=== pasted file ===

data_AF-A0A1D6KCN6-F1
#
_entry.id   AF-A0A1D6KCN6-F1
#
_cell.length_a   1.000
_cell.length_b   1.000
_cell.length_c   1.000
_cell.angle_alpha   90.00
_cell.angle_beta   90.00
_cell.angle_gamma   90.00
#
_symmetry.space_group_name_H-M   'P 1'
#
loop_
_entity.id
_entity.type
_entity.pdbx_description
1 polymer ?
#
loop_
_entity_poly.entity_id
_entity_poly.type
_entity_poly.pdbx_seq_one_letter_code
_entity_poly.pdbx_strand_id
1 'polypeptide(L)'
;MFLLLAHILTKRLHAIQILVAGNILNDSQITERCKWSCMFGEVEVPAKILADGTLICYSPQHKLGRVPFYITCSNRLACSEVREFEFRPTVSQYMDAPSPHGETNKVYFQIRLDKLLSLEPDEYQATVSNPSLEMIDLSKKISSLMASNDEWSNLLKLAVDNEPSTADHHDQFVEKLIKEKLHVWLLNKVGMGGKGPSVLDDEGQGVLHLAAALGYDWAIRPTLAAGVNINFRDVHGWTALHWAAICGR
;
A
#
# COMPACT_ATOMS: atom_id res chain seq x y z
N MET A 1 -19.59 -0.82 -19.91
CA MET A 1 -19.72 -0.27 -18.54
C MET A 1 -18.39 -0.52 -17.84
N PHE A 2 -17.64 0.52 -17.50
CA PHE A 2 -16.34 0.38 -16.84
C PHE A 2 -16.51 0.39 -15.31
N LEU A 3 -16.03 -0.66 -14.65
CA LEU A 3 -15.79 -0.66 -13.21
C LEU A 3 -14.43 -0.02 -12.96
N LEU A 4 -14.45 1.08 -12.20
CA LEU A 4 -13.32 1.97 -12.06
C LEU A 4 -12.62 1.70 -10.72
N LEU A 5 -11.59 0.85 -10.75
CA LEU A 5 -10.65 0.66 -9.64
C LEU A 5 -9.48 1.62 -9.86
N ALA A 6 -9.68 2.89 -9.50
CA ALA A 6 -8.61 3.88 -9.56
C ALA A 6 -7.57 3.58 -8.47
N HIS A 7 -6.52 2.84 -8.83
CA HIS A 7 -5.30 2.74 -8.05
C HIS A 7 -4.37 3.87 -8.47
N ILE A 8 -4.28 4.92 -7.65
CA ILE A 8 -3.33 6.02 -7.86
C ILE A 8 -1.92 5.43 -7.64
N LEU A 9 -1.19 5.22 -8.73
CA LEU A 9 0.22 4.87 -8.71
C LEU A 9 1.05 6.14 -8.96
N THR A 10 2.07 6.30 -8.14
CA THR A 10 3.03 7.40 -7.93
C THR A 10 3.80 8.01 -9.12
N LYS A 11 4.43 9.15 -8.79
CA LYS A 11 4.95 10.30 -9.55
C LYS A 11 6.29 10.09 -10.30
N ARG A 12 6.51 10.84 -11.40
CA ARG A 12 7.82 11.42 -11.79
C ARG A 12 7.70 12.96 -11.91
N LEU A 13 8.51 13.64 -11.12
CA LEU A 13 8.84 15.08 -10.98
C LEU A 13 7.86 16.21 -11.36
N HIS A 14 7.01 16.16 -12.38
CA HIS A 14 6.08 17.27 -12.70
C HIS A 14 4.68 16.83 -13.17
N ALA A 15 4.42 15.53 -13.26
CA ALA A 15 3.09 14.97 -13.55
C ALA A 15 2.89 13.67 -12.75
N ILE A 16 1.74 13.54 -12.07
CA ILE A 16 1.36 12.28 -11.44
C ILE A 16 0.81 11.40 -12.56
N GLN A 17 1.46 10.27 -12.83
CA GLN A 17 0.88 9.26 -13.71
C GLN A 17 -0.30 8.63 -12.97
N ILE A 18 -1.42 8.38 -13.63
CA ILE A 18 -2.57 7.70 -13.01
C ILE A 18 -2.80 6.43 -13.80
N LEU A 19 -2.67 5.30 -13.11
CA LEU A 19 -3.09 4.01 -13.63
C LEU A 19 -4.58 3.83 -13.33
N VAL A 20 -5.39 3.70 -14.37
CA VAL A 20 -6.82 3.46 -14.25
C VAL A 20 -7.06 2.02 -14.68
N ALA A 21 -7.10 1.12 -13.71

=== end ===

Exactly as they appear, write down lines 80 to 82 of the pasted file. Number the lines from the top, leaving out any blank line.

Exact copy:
CA GLN A 17 0.88 9.26 -13.71
C GLN A 17 -0.30 8.63 -12.97
N ILE A 18 -1.42 8.38 -13.63